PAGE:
Moritz Grossmann's Legacy

The contemporary of the great Ferdinand Adolph Lange, Moritz Grossmann has also left a significant mark in the history of Glashütte – the most important watchmaking region of Germany. 


Born in Dresden, and having learned the craft in the Swiss La Chaux-de-Fonds, he frequently moved through the European capitals until finally settled in the Saxon village, already as a mature master. In addition to the main activities, Grossman founded a school for watchmakers here and paid great attention to the education of the next generation of colleagues. But although his products and even instruments are widely represented in the exposition of the local museum, Grossmann did not have any direct successors.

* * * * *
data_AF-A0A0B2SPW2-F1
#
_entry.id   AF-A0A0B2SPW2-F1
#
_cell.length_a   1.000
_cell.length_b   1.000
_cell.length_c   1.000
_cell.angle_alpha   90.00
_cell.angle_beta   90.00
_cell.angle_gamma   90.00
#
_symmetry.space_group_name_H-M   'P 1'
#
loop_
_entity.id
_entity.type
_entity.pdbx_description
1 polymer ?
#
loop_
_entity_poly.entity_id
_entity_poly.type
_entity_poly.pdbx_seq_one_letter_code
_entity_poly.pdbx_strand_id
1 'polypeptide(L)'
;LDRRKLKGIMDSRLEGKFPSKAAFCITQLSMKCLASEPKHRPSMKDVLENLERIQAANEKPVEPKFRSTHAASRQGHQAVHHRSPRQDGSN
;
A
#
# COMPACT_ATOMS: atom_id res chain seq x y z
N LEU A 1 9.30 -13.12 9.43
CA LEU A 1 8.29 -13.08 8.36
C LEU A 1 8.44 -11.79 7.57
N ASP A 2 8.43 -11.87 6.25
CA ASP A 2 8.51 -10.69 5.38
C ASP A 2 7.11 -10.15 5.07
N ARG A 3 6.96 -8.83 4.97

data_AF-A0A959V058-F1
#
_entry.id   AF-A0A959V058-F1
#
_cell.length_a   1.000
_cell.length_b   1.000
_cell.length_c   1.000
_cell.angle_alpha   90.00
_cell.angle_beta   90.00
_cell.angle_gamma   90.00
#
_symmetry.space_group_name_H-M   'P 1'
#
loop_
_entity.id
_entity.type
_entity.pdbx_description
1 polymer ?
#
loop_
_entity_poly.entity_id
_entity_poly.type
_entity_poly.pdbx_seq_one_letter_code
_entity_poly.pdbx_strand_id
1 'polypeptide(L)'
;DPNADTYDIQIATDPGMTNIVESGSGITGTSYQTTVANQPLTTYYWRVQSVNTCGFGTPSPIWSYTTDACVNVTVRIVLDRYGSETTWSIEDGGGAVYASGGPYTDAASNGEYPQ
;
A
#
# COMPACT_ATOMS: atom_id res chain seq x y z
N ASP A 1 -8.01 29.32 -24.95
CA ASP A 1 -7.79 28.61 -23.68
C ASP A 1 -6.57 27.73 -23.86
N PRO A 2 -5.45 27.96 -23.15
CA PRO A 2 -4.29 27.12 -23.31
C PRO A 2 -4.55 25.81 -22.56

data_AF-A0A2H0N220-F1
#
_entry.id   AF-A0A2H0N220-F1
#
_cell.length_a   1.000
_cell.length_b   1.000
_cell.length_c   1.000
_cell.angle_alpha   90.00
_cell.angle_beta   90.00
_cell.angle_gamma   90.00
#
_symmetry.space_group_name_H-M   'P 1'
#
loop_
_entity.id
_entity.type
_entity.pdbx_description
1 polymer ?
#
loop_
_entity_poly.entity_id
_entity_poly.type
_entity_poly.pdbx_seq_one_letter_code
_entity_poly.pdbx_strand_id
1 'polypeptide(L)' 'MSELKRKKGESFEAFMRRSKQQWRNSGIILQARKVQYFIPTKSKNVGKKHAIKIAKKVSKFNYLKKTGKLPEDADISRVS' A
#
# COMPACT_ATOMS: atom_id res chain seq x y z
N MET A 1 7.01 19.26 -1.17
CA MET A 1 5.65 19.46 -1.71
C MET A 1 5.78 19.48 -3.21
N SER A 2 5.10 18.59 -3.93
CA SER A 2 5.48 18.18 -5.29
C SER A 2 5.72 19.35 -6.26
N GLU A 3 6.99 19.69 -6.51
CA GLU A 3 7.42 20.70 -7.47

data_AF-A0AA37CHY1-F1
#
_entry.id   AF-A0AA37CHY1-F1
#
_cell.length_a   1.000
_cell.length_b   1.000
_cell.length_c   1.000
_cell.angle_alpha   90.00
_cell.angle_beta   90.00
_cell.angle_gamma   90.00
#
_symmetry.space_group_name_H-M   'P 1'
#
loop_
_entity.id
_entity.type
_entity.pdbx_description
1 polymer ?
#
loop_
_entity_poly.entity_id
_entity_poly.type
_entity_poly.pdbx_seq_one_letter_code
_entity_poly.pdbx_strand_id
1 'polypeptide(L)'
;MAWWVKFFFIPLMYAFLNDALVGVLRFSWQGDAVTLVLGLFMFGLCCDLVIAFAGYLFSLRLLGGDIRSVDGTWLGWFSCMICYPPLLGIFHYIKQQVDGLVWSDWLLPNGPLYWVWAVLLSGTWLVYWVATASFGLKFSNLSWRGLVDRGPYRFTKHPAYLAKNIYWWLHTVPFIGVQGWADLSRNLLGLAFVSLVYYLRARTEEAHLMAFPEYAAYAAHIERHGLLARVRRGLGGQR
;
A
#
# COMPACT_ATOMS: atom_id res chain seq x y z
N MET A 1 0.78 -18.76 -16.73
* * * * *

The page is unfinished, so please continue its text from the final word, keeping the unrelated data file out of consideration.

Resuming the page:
In November 2008, a graduate of the watchmaking school and an experienced manager Christine Hutter managed to re-ignite the flame extinguished in the XIX century. The new manufacture uses not only the name, but also some core aesthetic principles of its great predecessor, like ⅔ main plate or a special detail regulating the balance in a way the Jones Arrow of IWC does. The aim was to conquer the most prestigious price segment, so Hutter and her associates began with the production of their in-house caliber for the Benu model, largely inspired by a pocket watch of Grossman himself. 


Now the catalog of the brand features three full-blown collections and can boast a dozen of in-house movements. The Benu by the way had a 10th anniversary edition not long ago. And there is one more trivial but very interesting detail: the main office of the young company stands only several meters away from the headquarters of the renowned compatriots-competitors A. Lange & Söhne and Glashütte Original. The ability not to stiffen and walk your own path in such a pressure is worth a lot. Moritz Grossmann would have been proud.